Wednesday, December 11, 2013

Penny Patch: Straight Line Quilting

This post is part of a series {Penny Patch} a Beginner’s Quilt-Along. You can join in anytime, even if you’re not a beginner! Please see this page for links to all posts, and join us on Flickr to share your questions and work-in-progress!

Penny Patch button So we've finished that top, prepared a backing and basted.... Now it's time to quilt all three layers together.  Quilting stabilizes the batting so it won't shift and bunch over the years.  More quilting = a more durable quilt.  I know it's time-consuming, but try not to scrimp at this stage.

For beginners I recommend straight-line quilting.  This is just sewing as usual, though you really need a walking foot to do it successfully.  Without a walking foot, your sewing machine pulls fabric from the bottom only.  When you're quilting a thick quilt, this uneven feeding will easily cause puckers and bunching.  A walking foot pulls the fabric from the top as well.  I promise it will come in handy on countless projects!

Quilting Tips

**For truly straight lines, you must mark your quilting path in some way.  You could mark with a hera marker crease (must have good lighting to use this product), a water soluble pencil or a strip of masking tape.  I find the hera marker quick and accurate.

**Use a long stitch length such as 3 or 4.  This saves thread and tends to reduce puckers.

**Use a walking foot if at all possible!

**Start with a fresh needle if you can't remember when you changed it last.

**Go slow.  With some machines, a slower pace produced better stitch quality.

**To prevent quilting drag, alternate the traveling direction of quilting lines and quilt in a loose grid, which you'll later fill in. The loose grid stabilizes the entire quilt to prepare for denser quilting. The denser your quilting, the easier it is to gradually pull the fabrics one way.  See here for more details.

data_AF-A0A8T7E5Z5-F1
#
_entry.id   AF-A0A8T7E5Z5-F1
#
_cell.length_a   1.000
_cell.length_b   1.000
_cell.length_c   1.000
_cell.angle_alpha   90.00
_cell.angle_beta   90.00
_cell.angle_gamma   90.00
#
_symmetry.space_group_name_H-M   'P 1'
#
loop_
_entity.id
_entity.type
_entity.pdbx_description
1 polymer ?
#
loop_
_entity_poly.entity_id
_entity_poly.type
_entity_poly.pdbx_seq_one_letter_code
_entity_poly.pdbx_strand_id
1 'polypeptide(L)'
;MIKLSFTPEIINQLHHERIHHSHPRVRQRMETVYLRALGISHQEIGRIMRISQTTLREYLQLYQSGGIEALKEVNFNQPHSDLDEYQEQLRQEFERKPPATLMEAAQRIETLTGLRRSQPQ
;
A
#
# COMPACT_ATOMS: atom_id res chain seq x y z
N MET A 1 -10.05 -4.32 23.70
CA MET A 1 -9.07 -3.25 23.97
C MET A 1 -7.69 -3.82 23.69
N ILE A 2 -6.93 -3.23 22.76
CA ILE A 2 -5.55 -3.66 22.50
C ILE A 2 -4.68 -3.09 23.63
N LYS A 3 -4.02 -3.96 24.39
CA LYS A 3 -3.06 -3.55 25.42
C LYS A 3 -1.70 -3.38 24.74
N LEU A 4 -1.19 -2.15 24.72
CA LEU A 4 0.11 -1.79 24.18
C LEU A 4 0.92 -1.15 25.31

**Start/stop quilting just off the edge of the quilt on the batting whenever possible.

**If you need to start quilting from the center for some reason (bobbin runs out, undoing a short mistake), resume quilting about an inch back on the "good quilting" line so that you double-quilt a short bit.  You can choose to make a little backstitch (easy to do, but possibly slightly messy from the back) or pull up the bobbin-thread and resume quilting with a very short stitch that gradually returns to your regular length.

Your Quilting Pattern

Not sure how you want to quilt your Penny Patch?  It just so happens that my friend Jolene of Blue Elephant Stitches quilted her Penny Patch in just the way I was going to suggest - an all-over diamond grid:


Notice how this quilting pattern creates an "X" over each of the 3" square quadrants in the 4-Penny Patch block.  To do this pattern, first mark and quilt your straight lines so as to make a giant X in each 6" finished block.   By quilting the entire quilt in this way, you will stabilize the fabrics and minimize quilt drag or puckers.  Then, go back and quilt more densely filling in the small diamond grid. 

Another good option is shared by Svetlana of s.o.t.a.k. handmade.  She quilted at 1/4" on each side of the seam lines of the blocks like so:


This quilting pattern makes a cross in the center of the 6" blocks.  Visit her post to see more!

Hope this gets you off and running!  Don't forget to take breaks when you need, and when you make mistakes, remember that quilting is just fun and games!  Mistakes can be so frustrating at the time, but when it's all done and washed you'll have a whole new perspective.  Mistakes will mean so little.  Your penny patch quilt will keep you warm and cozy!

I'll be back tomorrow to share some tips for free motion quilting!

5 comments:

  1. I'm headed to buy a Hera marker today. I haventnusedmthis tool yet and I'd like to give it a try

    ReplyDelete
  2. Oh my gosh, I was just getting ready to straight line quilt a table runner I made as a Christmas gift for my mom. As a fairly new quilter, the quilting and binding always concern me. This post has helped me tremendously. Thank you so much. I'm so happy that I found your blog and have become follower.

    ReplyDelete
    Replies
    1. I am SO glad to hear it was helpful. Welcome to Stitched in Color!

      Delete
  3. Oh wow. Some of these tips are new to me, which is good because I definitely have some puckering when I do straight line quilting. Thank you!!

    ReplyDelete
  4. Great tips girls. enjoying and learning

    ReplyDelete

Related Posts with Thumbnails